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Alex Anthopoulos, the general manager of the Toronto Blue Jays (Fred Lum/The Globe and Mail)
Alex Anthopoulos, the general manager of the Toronto Blue Jays (Fred Lum/The Globe and Mail)

Globe editorial

Hopes springs almost eternal, in baseball’s pre-season Add to ...

Hope springs eternal, especially in the depths of winter. Baseball’s training camps get into full swing across Florida and Arizona this week, and the blank-slate possibilities of a new season allow snowbound fans to share the buoyant spirit radiating from the diamonds where the boys of summer are now congregating.

The fresh start of February exudes sunny optimism: Hitters declare they’re in the best shape ever, surgically repaired pitchers say their new elbow feels just fine, managers insist that last year’s bottom-feeding team has a good chance to be a contender this year.

If we value baseball, it’s for times like this when just enough of the ambient cynicism about professional athletes fades away and we can reconnect with a game’s more basic rhythms. Reality will get in the way soon enough – failure is built into a sport where even a great hitter fails to get on base six times out of 10. But for now, the good-news proclamations on the field of dreams play to a willing crowd, and even seasoned observers of the game feel the urge to believe.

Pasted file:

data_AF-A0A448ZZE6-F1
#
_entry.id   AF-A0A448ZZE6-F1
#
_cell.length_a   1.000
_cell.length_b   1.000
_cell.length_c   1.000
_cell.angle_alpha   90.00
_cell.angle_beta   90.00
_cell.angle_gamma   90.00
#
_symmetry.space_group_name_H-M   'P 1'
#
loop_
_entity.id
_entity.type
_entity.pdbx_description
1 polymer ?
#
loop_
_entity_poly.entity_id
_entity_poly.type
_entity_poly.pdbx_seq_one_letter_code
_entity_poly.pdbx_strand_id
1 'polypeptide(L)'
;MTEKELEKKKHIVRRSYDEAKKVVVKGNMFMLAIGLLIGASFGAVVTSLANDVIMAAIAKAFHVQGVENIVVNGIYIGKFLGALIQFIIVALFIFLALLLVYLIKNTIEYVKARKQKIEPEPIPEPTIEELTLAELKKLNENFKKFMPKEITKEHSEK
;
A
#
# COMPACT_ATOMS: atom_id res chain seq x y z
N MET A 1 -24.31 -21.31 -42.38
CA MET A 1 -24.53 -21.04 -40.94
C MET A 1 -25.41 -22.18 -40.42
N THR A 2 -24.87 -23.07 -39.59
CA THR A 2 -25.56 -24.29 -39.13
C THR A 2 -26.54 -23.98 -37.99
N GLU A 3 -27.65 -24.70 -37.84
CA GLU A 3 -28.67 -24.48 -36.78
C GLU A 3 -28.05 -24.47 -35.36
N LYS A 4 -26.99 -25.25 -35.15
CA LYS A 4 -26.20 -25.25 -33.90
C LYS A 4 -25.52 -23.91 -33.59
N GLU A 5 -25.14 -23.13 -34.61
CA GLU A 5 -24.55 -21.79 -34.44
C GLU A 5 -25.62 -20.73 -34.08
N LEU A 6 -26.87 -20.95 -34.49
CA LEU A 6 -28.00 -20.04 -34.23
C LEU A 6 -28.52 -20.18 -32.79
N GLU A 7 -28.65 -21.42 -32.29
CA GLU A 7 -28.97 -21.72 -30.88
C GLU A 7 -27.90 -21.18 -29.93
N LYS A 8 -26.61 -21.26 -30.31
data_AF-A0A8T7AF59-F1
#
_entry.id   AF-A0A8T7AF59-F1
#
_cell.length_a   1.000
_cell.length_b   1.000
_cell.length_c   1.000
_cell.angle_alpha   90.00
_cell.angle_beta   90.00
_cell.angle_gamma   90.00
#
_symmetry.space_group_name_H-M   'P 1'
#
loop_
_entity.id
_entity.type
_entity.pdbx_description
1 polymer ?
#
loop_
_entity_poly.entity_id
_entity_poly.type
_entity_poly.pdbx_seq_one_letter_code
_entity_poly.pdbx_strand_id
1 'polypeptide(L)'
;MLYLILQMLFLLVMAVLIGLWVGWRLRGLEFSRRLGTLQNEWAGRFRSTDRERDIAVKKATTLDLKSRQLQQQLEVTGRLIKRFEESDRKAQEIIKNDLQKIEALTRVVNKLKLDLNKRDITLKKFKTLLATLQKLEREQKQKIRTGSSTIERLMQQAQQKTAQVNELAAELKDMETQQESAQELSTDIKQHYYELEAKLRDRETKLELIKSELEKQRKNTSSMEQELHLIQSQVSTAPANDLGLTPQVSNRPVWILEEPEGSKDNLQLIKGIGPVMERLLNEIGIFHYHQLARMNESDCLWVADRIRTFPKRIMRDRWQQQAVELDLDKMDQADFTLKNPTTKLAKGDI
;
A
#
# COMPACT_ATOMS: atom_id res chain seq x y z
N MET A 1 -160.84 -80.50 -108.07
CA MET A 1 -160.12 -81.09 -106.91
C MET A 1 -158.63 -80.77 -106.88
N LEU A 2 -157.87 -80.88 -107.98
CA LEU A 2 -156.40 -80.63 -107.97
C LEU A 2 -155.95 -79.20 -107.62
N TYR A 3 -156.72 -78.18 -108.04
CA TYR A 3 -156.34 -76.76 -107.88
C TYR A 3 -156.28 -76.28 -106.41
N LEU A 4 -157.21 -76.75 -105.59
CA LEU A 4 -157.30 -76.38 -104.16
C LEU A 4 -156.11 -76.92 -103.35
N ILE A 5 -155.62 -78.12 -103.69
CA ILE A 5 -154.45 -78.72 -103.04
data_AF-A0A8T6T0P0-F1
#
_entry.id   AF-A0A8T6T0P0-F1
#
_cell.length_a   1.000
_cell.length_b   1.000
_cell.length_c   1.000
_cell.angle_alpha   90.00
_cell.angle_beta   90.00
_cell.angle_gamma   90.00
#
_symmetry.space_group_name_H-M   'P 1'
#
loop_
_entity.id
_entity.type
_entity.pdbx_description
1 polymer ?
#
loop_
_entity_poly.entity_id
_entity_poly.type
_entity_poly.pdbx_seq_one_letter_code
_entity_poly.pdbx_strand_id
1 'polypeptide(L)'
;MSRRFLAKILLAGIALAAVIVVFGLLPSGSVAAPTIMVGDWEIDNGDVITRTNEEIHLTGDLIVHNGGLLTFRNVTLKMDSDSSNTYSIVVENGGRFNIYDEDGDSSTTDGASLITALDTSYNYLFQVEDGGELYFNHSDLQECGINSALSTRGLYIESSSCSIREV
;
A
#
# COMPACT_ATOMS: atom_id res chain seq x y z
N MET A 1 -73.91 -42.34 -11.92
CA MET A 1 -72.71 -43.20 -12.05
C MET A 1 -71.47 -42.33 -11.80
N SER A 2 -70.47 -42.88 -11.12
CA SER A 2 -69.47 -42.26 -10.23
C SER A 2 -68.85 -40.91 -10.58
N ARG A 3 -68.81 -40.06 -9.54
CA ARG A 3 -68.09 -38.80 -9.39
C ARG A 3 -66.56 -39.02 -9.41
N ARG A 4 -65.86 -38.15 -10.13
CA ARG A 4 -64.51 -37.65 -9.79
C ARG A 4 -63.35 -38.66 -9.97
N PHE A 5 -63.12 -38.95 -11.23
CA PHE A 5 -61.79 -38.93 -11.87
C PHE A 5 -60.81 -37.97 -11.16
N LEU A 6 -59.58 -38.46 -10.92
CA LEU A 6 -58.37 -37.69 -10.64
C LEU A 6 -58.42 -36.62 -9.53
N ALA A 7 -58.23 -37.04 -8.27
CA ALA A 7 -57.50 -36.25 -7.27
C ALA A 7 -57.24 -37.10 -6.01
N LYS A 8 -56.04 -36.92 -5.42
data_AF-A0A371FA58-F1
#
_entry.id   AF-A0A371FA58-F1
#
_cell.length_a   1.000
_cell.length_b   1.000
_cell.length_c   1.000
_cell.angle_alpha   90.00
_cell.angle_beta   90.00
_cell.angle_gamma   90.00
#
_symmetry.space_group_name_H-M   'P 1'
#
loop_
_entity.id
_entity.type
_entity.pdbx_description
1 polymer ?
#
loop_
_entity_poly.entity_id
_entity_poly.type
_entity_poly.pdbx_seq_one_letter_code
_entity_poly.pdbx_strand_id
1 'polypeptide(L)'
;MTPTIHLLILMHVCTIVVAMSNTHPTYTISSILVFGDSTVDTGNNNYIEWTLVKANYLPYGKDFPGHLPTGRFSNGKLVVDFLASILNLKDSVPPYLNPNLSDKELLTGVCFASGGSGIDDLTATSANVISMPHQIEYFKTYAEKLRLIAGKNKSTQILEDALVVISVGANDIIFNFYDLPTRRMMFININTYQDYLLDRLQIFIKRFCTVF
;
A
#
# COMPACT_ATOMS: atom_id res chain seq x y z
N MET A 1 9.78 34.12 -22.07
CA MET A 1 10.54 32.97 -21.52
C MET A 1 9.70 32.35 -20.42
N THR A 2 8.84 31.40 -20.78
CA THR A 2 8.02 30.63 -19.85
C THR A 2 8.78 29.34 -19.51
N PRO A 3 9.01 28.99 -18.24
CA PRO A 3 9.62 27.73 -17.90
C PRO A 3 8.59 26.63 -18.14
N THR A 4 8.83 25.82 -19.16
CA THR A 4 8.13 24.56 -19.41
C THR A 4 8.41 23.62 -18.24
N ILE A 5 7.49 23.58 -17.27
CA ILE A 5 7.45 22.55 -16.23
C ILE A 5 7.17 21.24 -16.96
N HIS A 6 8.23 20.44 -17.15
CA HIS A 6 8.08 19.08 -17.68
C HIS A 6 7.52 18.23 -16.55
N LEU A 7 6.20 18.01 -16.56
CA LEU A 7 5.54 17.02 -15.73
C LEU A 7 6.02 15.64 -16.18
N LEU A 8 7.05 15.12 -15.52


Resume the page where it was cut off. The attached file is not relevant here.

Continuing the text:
Baseball’s most thoughtful believers are flocking to one team in particular: the Toronto Blue Jays, a thoroughly overhauled squad that strongly aspires to be Canada’s Team, if the big red maple leaf on the players’ spring-training caps is anything to go by.

The Jays and their young general manager, the Montreal-born Alex Anthopoulos, have become Internet darlings for their shrewd off-season wheeling and dealing, and have reawakened pride in an underperforming team that hasn’t made it to the World Series since the glory years of 1992-93.

It’s fair to say that many of the new acquisitions come with question marks, if only because Mr. Anthopoulos’s sense of economy requires him to take chances on players he believes to be undervalued because of age, injury history or poor reputation in matters on-field and off.

But in the pre-season sunshine, these doubts are silenced, and all that riskiness can be celebrated as daring. Spring is in the air, for baseball devotees at least, and it’s much easier to agree with the oddsmakers that this team with a quirky 38-year-old knuckleballer who relishes Yann Martel’s Life of Pi, a once-marginalized power-hitter coming off wrist surgery, and a new outfielder who came cheap because he tested positive for performance-enhancing drugs, has a good chance to go all the way.

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